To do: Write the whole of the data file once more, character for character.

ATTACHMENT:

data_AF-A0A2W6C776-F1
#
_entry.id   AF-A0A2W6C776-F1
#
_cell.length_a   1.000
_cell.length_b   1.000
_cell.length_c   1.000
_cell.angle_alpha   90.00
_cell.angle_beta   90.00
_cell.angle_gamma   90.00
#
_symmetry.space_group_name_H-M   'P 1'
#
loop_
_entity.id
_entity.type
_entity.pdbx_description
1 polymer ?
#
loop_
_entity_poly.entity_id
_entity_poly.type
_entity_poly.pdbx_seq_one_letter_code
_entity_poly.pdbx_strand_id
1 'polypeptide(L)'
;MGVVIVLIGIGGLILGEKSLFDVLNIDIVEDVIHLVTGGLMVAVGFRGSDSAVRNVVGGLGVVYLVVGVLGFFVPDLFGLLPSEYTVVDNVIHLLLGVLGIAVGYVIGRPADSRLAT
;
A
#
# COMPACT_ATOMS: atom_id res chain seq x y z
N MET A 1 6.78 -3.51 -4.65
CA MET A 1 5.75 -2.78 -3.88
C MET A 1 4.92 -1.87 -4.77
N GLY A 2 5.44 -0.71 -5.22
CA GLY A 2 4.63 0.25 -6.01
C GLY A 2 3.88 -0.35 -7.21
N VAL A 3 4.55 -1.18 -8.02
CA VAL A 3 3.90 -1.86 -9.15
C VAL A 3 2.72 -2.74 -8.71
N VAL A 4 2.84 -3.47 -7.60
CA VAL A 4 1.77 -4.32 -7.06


data_AF-A0A2W6C776-F1
#
_entry.id   AF-A0A2W6C776-F1
#
_cell.length_a   1.000
_cell.length_b   1.000
_cell.length_c   1.000
_cell.angle_alpha   90.00
_cell.angle_beta   90.00
_cell.angle_gamma   90.00
#
_symmetry.space_group_name_H-M   'P 1'
#
loop_
_entity.id
_entity.type
_entity.pdbx_description
1 polymer ?
#
loop_
_entity_poly.entity_id
_entity_poly.type
_entity_poly.pdbx_seq_one_letter_code
_entity_poly.pdbx_strand_id
1 'polypeptide(L)'
;MGVVIVLIGIGGLILGEKSLFDVLNIDIVEDVIHLVTGGLMVAVGFRGSDSAVRNVVGGLGVVYLVVGVLGFFVPDLFGLLPSEYTVVDNVIHLLLGVLGIAVGYVIGRPADSRLAT
;
A
#
# COMPACT_ATOMS: atom_id res chain seq x y z
N MET A 1 6.78 -3.51 -4.65
CA MET A 1 5.75 -2.78 -3.88
C MET A 1 4.92 -1.87 -4.77
N GLY A 2 5.44 -0.71 -5.22
CA GLY A 2 4.63 0.25 -6.01
C GLY A 2 3.88 -0.35 -7.21
N VAL A 3 4.55 -1.18 -8.02
CA VAL A 3 3.90 -1.86 -9.15
C VAL A 3 2.72 -2.74 -8.71
N VAL A 4 2.84 -3.47 -7.60
CA VAL A 4 1.77 -4.32 -7.06